Design and Evaluation of a Personal Digital Assistant-Based Alerting Service for Clinicians*[dagger]

By Johnson, E. Diane; Pancoast, Paul E. et al. | Journal of the Medical Library Association, October 2004 | Go to article overview

Design and Evaluation of a Personal Digital Assistant-Based Alerting Service for Clinicians*[dagger]


Johnson, E. Diane, Pancoast, Paul E., Mitchell, Joyce A., Shyu, Chi-Ren, Journal of the Medical Library Association


Purpose: This study describes the system architecture and user acceptance of a suite of programs that deliver information about newly updated library resources to clinicians' personal digital assistants (PDAs).

Description: Participants received headlines delivered to their PDAs alerting them to new books, National Guideline Clearinghouse guidelines, Cochrane Reviews, and National Institutes of Health (NIH) Clinical Alerts, as well as updated content in UpToDate, Harrison's Online, Scientific American Medicine, and Clinical Evidence. Participants could request additional information for any of the headlines, and the information was delivered via email during their next synchronization. Participants completed a survey at the conclusion of the study to gauge their opinions about the service.

Results/Outcome: Of the 816 headlines delivered to the 16 study participants' PDAs during the project, Scientific American Medicine generated the highest proportion of headline requests at 35%. Most users of the PDA Alerts software reported that they learned about new medical developments sooner than they otherwise would have, and half reported that they learned about developments that they would not have heard about at all. While some users liked the PDA platform for receiving headlines, it seemed that a Web database that allowed tailored searches and alerts could be configured to satisfy both PDA-oriented and email-oriented users.

INTRODUCTION

This project uses personal digital assistants (PDAs) as conduits to promote and leverage electronic resources to library users. A suite of free, open-source applications has been developed to alert library users to new or updated content in electronic resources and newly acquired clinical books. This paper describes the system architecture and components and reports the results of a pilot project by a small group of library users.

The PDA Alerts program is a suite of applications designed for clinicians with Palm operating system (OS) PDAs. It consists of a small PDA application, a synchronization application residing on the user's personal computer, a librarian-in-the-loop interface application, and a relational database. Information coming to the health sciences library in electronic format is automatically sent to the project email account, which is read by the Librarian Interface application. New books and other information not received electronically are manually entered into the Librarian Interface application.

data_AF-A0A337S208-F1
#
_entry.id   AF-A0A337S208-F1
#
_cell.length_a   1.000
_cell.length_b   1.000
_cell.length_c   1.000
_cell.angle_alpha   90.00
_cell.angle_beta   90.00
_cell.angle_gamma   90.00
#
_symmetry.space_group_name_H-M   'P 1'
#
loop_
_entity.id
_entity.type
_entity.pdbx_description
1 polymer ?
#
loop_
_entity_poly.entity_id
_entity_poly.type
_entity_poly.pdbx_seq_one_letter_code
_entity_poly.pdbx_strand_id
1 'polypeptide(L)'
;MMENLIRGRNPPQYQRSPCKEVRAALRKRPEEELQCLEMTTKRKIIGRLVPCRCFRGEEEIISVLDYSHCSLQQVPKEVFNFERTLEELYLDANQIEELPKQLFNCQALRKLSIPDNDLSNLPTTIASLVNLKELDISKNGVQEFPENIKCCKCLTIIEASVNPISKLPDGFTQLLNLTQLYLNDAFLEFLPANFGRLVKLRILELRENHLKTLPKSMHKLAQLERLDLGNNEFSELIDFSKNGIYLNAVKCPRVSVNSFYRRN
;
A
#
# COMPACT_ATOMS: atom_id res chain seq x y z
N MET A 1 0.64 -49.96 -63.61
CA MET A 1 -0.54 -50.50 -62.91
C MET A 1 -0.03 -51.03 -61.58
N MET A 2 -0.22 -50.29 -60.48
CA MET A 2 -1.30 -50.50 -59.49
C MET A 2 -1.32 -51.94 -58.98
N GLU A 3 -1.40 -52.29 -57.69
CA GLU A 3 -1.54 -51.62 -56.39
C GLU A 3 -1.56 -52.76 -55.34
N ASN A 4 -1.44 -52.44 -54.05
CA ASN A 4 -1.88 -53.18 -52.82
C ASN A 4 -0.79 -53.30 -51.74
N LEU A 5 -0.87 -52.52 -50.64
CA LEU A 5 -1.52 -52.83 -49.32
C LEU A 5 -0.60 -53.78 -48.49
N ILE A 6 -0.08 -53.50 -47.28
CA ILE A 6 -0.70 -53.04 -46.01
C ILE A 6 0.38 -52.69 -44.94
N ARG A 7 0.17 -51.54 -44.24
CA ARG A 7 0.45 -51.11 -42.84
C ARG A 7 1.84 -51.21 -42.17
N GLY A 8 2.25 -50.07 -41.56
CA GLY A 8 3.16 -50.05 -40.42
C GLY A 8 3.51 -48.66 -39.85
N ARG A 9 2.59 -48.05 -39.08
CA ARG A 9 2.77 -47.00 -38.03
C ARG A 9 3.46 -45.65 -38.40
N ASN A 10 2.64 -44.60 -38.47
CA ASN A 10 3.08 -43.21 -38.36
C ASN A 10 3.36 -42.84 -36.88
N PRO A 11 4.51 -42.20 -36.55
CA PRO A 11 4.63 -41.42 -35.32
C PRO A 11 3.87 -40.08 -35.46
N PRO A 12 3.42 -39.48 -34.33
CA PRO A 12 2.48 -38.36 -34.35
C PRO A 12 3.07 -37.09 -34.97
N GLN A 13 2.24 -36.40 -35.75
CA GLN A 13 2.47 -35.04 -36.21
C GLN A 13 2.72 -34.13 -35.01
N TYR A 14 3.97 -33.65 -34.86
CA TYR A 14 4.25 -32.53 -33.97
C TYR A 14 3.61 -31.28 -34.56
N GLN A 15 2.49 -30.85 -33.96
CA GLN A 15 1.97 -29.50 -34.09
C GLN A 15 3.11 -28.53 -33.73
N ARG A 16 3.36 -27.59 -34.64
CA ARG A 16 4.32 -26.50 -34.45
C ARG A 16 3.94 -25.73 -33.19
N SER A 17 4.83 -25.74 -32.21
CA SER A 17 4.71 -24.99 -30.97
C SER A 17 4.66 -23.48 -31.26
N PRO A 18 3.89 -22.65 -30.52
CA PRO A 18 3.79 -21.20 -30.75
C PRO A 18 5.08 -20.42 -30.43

After review by a librarian, the information is coded and sent to the relational database. The clinician-users install a software package that creates a conduit from their personal computer to the relational database, using the Palm hotsync application with version 4.1 of the Palm Desktop. After installing the software and synchronizing their PDAs, clinicians can view headlines describing content newly added from a variety of library resources. At any given time, the fifty most recent headlines appear on the users' PDAs. Users mark headlines of interest in the PDA application using a checkbox form and, on their next PDA synchronization, receive links to selected resources in their email accounts. The source code and database schema [1] are available to other institutions through a Creative Commons Attribution-Noncommercial-Share Alike license [2].

The librarian selects the headlines to be included as alerts. During the pilot project, headlines were delivered from a variety of sources, including:

* Harrison's Principles of Internal Medicine [3]

* National Guideline Clearinghouse [4]

* Scientific American Medicine [5]

* Cochrane Database of Systematic Reviews [6]

* UpToDate [7]

* BMJ Clinical Evidence [8]

* National Institutes of Health (NTH) Clinical Alerts [9]

* New clinical books added to the library's collection

When the software was introduced, a research project was undertaken with the following specific aims:

* to determine the feasibility of providing the PDA Alerts service

* to learn which resources were the most requested by users of the service

* to see if the PDA platform conveyed any advantages over simply delivering these alerts via email

* to determine if usage of this service affected the frequency of visits to the library

BACKGROUND

A recent systematic review of handheld computing in medicine [10] notes that, while handheld computers have become increasingly prevalent in health care settings, many clinicians remain unaware of potential uses. …

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